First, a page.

Within the follow-up period, 70 of the patients experienced major adverse cardiac events, such as death, heart attack, unstable angina or revascularization. In total, 87 major adverse cardiac events occurred among the patients during the follow-up period.

When the outcome data were correlated with the CTA combined plaque findings, the results indicated that women with a large amount of plaque build-up and extensive atherosclerosis are at significantly greater cardiovascular risk than men.

Specifically, the risk for major adverse cardiac events was significantly higher in women than in men when extensive plaque of any kind was present or when more than four artery segments were narrowed.

"This research tells us that extensive coronary plaque is more worrisome in women than the equivalent amount in men," Nance said.

However, when analyzing risk factors associated with the presence of individual types of plaque, the risk for major adverse cardiac events was greater in men, compared to women, when their artery segments contained non-calcified plaque.

Nance said the new data suggested that the atherosclerotic process, or hardening of the arteries, is not necessarily linear and that more research is needed to better understand the disease.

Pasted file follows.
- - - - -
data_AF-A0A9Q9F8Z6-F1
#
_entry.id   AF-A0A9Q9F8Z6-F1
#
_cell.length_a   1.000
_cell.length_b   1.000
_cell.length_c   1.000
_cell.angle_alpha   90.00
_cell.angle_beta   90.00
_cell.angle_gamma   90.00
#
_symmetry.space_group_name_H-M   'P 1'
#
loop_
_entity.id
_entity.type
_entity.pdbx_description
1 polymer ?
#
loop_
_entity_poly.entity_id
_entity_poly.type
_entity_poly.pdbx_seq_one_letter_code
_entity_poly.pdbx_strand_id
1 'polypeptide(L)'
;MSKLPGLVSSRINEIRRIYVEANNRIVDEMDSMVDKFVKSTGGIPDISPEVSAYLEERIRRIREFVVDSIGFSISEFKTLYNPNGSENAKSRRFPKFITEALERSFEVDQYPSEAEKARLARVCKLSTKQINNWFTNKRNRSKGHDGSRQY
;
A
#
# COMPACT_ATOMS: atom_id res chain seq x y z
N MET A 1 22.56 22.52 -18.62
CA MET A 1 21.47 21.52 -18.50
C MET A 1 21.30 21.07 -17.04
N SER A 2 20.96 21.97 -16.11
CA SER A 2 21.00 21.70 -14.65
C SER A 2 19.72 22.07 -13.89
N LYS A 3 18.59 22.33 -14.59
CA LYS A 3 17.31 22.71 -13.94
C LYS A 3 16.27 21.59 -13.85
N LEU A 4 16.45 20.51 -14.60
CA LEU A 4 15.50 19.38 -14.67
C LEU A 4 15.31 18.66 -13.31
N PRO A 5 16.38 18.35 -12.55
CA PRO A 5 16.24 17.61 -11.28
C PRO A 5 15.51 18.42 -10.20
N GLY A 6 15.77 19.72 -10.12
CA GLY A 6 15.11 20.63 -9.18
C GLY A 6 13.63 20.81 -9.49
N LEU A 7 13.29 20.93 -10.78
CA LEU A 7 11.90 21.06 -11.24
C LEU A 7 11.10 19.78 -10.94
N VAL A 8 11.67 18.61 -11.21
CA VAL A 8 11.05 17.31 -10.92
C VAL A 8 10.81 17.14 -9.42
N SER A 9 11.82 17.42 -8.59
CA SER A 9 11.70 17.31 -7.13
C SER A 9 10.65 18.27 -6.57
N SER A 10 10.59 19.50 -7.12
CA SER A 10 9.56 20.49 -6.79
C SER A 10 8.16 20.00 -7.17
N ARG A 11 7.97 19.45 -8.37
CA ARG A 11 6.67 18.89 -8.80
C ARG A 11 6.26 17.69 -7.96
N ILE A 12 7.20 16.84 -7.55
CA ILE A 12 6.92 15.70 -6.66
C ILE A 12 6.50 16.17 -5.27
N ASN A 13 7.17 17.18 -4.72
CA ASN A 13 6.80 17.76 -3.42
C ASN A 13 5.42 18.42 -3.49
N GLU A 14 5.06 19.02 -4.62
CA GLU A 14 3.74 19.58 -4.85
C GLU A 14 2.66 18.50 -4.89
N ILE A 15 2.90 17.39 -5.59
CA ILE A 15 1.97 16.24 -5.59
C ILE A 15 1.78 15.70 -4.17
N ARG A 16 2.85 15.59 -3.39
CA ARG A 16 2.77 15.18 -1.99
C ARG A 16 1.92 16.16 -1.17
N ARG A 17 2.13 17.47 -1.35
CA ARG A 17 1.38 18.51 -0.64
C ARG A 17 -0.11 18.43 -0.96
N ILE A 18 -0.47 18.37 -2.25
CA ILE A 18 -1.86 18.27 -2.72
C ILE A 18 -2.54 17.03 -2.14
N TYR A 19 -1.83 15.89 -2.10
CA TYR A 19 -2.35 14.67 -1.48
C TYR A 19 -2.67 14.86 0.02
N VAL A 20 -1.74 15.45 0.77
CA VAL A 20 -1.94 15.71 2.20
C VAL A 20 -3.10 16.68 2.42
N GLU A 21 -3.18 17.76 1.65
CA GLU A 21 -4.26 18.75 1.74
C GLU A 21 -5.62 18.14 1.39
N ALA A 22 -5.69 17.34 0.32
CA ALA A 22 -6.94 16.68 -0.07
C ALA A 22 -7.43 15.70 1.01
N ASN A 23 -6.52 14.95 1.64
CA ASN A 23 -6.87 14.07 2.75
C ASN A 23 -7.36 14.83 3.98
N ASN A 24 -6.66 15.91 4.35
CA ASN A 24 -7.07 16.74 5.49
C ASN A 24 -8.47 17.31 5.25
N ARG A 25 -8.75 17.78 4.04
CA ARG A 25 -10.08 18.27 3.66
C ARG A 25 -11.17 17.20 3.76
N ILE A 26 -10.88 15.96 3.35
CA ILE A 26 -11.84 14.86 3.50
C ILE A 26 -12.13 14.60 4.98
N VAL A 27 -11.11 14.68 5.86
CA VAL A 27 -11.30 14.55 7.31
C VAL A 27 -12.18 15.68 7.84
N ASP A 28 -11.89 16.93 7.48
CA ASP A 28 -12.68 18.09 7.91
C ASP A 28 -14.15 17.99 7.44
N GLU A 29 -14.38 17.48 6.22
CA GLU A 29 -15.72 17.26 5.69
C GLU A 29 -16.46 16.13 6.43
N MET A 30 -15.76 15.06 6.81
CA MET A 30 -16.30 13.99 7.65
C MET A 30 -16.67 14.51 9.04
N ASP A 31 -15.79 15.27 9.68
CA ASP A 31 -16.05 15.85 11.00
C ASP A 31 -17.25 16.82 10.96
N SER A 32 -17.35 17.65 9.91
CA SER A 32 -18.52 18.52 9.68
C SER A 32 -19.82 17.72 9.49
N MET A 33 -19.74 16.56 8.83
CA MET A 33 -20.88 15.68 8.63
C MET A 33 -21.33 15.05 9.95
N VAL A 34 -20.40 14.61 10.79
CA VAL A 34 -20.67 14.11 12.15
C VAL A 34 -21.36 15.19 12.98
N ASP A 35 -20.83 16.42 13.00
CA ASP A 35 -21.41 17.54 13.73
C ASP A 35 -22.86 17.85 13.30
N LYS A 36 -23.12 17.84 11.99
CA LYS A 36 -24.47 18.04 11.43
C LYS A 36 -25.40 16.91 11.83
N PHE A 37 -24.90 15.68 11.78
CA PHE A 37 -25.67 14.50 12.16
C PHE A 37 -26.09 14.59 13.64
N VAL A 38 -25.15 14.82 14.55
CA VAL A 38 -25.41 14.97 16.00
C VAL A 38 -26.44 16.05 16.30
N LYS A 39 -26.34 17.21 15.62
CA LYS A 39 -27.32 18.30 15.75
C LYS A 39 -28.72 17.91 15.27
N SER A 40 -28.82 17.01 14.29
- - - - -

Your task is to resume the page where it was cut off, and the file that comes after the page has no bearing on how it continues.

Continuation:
"Our research confirms that coronary CTA provides excellent prognostic information that helps identify risk, but there are gender differences that need to be considered," Nance said.

Coauthors are U. Joseph Schoepf, M.D., Christopher Schlett, M.D., Garrett Rowe, B.S., J. Michael Barraza, B.S., and Fabian Bamberg, M.D., M.P.H.

For more information: RadiologyInfo.org

 

Related Content

Clinical Trial Testing Topical Gel to Reduce Breast Density
News | Breast Density | June 19, 2018
Women with dense breast tissue soon might be adding a new product to their skincare routine to help them fight breast...
New Prostate Cancer Radiotherapy Technique Aims to Preserve Sexual Function
News | Radiation Therapy | June 18, 2018